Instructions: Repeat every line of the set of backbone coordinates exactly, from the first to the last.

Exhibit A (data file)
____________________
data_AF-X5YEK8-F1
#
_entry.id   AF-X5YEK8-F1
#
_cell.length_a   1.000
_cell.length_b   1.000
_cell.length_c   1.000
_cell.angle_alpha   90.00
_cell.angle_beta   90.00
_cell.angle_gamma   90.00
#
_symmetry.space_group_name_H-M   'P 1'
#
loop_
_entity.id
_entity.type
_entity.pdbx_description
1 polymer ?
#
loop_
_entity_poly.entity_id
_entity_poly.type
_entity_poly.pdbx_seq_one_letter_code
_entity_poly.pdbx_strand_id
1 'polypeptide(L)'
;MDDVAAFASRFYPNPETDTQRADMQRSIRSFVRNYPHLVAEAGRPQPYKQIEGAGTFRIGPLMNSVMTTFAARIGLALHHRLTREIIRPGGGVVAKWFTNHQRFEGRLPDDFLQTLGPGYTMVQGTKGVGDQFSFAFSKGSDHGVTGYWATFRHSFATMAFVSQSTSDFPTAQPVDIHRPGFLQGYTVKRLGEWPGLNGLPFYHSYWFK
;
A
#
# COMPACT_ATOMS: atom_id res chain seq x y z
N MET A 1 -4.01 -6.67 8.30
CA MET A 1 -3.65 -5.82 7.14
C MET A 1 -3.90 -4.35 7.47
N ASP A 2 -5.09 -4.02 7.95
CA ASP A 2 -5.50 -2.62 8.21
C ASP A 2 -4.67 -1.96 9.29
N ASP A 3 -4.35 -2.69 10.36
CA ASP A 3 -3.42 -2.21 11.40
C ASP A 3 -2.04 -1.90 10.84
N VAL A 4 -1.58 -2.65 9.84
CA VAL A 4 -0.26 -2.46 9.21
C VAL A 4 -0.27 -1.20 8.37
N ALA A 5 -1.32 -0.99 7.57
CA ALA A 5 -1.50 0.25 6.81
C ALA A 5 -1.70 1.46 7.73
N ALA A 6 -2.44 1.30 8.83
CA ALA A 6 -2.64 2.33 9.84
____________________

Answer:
data_AF-X5YEK8-F1
#
_entry.id   AF-X5YEK8-F1
#
_cell.length_a   1.000
_cell.length_b   1.000
_cell.length_c   1.000
_cell.angle_alpha   90.00
_cell.angle_beta   90.00
_cell.angle_gamma   90.00
#
_symmetry.space_group_name_H-M   'P 1'
#
loop_
_entity.id
_entity.type
_entity.pdbx_description
1 polymer ?
#
loop_
_entity_poly.entity_id
_entity_poly.type
_entity_poly.pdbx_seq_one_letter_code
_entity_poly.pdbx_strand_id
1 'polypeptide(L)'
;MDDVAAFASRFYPNPETDTQRADMQRSIRSFVRNYPHLVAEAGRPQPYKQIEGAGTFRIGPLMNSVMTTFAARIGLALHHRLTREIIRPGGGVVAKWFTNHQRFEGRLPDDFLQTLGPGYTMVQGTKGVGDQFSFAFSKGSDHGVTGYWATFRHSFATMAFVSQSTSDFPTAQPVDIHRPGFLQGYTVKRLGEWPGLNGLPFYHSYWFK
;
A
#
# COMPACT_ATOMS: atom_id res chain seq x y z
N MET A 1 -4.01 -6.67 8.30
CA MET A 1 -3.65 -5.82 7.14
C MET A 1 -3.90 -4.35 7.47
N ASP A 2 -5.09 -4.02 7.95
CA ASP A 2 -5.50 -2.62 8.21
C ASP A 2 -4.67 -1.96 9.29
N ASP A 3 -4.35 -2.69 10.36
CA ASP A 3 -3.42 -2.21 11.40
C ASP A 3 -2.04 -1.90 10.84
N VAL A 4 -1.58 -2.65 9.84
CA VAL A 4 -0.26 -2.46 9.21
C VAL A 4 -0.27 -1.20 8.37
N ALA A 5 -1.32 -0.99 7.57
CA ALA A 5 -1.50 0.25 6.81
C ALA A 5 -1.70 1.46 7.73
N ALA A 6 -2.44 1.30 8.83
CA ALA A 6 -2.64 2.33 9.84